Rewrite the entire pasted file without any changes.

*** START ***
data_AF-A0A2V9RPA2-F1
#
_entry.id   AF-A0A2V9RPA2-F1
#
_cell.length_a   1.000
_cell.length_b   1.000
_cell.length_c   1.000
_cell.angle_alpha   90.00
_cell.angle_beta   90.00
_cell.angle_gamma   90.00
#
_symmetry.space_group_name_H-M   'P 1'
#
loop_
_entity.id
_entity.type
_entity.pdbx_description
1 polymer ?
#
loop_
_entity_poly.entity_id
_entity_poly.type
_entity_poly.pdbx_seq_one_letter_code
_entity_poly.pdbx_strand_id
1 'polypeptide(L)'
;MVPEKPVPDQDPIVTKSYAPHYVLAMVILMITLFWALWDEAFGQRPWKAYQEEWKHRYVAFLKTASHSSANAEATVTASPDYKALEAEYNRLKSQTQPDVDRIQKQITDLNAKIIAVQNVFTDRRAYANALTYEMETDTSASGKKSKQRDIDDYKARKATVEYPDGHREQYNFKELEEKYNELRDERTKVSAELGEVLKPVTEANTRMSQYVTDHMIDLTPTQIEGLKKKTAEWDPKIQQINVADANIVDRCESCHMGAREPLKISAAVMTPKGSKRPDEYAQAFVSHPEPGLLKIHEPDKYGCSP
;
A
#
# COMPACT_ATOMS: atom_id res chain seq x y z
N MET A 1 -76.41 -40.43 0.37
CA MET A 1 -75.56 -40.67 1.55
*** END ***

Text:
data_AF-A0A2V9RPA2-F1
#
_entry.id   AF-A0A2V9RPA2-F1
#
_cell.length_a   1.000
_cell.length_b   1.000
_cell.length_c   1.000
_cell.angle_alpha   90.00
_cell.angle_beta   90.00
_cell.angle_gamma   90.00
#
_symmetry.space_group_name_H-M   'P 1'
#
loop_
_entity.id
_entity.type
_entity.pdbx_description
1 polymer ?
#
loop_
_entity_poly.entity_id
_entity_poly.type
_entity_poly.pdbx_seq_one_letter_code
_entity_poly.pdbx_strand_id
1 'polypeptide(L)'
;MVPEKPVPDQDPIVTKSYAPHYVLAMVILMITLFWALWDEAFGQRPWKAYQEEWKHRYVAFLKTASHSSANAEATVTASPDYKALEAEYNRLKSQTQPDVDRIQKQITDLNAKIIAVQNVFTDRRAYANALTYEMETDTSASGKKSKQRDIDDYKARKATVEYPDGHREQYNFKELEEKYNELRDERTKVSAELGEVLKPVTEANTRMSQYVTDHMIDLTPTQIEGLKKKTAEWDPKIQQINVADANIVDRCESCHMGAREPLKISAAVMTPKGSKRPDEYAQAFVSHPEPGLLKIHEPDKYGCSP
;
A
#
# COMPACT_ATOMS: atom_id res chain seq x y z
N MET A 1 -76.41 -40.43 0.37
CA MET A 1 -75.56 -40.67 1.55